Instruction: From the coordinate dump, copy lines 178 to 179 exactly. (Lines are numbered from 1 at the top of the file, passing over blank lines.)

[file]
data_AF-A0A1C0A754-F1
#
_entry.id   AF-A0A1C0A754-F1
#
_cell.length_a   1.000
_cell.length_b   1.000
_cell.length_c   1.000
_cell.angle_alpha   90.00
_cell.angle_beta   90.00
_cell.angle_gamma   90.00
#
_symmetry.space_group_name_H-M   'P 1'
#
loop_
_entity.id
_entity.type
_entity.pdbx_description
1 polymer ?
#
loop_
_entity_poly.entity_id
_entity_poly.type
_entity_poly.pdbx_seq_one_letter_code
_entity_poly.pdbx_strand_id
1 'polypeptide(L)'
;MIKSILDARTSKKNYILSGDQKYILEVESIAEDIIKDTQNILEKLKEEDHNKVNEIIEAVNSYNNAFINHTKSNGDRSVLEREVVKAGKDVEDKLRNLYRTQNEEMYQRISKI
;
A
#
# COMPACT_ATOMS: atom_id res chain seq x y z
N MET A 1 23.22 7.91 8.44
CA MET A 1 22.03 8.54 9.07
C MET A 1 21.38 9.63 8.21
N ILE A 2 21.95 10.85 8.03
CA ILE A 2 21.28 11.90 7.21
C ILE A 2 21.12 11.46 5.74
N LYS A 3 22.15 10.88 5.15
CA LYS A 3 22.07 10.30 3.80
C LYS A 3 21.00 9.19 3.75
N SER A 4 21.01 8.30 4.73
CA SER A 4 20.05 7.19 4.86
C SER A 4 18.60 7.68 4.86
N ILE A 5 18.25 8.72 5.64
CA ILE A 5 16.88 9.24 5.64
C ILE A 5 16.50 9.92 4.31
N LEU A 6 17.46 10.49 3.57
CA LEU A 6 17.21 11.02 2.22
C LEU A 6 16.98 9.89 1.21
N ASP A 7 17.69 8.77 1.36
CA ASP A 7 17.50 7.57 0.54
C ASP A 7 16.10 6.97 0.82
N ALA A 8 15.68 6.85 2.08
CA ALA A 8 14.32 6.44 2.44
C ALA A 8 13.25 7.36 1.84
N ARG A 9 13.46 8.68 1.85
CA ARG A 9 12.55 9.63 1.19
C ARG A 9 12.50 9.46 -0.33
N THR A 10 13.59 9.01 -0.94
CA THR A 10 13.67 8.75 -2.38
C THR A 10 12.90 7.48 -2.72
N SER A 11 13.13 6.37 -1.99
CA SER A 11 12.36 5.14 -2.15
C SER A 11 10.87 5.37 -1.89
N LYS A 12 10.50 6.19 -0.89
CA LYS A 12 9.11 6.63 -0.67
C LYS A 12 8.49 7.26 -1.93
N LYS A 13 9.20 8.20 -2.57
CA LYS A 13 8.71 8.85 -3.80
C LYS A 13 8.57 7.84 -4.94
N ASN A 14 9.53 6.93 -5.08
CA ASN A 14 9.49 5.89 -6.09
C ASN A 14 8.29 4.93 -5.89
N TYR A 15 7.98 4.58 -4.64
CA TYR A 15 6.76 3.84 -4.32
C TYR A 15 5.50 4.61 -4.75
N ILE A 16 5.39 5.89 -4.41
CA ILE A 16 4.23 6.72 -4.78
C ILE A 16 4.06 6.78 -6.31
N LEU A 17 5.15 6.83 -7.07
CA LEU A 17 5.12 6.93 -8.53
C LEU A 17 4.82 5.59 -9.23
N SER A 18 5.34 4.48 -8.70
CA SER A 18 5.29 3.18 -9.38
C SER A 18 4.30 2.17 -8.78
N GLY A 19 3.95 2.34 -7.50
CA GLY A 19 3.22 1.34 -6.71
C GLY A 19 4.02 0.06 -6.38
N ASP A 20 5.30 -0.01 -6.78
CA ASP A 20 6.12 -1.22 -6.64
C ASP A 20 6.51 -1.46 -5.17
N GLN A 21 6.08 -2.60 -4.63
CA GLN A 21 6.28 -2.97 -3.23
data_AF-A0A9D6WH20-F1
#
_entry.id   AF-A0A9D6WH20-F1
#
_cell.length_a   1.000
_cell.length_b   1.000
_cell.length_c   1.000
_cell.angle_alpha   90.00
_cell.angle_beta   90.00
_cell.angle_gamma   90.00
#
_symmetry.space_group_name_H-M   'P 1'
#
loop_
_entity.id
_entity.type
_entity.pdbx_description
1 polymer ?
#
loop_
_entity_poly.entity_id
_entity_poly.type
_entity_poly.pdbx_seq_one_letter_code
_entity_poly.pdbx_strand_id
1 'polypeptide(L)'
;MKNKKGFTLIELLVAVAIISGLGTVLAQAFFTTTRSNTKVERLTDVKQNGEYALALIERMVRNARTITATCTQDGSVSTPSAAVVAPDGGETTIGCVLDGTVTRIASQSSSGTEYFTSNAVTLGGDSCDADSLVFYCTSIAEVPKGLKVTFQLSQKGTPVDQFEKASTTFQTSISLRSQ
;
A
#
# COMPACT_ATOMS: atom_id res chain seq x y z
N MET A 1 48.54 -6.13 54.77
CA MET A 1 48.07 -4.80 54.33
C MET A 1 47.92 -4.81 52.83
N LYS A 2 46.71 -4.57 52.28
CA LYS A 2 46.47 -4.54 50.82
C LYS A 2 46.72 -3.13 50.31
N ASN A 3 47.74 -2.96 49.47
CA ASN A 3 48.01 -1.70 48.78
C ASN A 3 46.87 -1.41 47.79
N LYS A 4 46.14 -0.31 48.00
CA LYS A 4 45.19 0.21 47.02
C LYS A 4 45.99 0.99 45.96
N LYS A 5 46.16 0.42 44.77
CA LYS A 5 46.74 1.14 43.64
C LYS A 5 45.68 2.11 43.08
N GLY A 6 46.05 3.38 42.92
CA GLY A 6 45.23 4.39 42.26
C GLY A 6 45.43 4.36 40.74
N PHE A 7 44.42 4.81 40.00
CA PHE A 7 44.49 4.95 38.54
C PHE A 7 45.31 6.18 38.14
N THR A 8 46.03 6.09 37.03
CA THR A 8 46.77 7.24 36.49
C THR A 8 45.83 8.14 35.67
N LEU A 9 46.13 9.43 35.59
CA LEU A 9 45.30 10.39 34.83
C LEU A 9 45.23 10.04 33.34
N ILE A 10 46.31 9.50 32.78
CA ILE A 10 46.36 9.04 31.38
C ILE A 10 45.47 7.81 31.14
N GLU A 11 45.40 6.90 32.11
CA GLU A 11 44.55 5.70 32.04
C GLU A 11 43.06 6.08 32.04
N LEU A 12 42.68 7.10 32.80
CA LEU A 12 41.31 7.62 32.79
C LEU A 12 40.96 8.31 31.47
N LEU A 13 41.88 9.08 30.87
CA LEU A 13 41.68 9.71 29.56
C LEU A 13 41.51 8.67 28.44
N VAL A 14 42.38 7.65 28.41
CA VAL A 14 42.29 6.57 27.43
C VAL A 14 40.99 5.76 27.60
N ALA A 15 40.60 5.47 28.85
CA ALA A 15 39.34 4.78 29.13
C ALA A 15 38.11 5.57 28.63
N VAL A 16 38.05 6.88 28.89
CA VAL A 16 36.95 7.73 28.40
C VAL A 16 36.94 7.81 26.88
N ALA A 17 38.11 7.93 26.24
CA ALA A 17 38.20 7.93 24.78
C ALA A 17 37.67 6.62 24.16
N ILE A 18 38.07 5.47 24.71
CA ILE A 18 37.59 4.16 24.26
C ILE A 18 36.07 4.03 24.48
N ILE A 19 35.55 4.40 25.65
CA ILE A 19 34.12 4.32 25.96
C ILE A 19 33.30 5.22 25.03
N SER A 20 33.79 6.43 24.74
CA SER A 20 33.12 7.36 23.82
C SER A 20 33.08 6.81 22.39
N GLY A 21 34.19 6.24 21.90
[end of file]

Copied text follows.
CA ILE A 19 34.12 4.32 25.96
C ILE A 19 33.30 5.22 25.03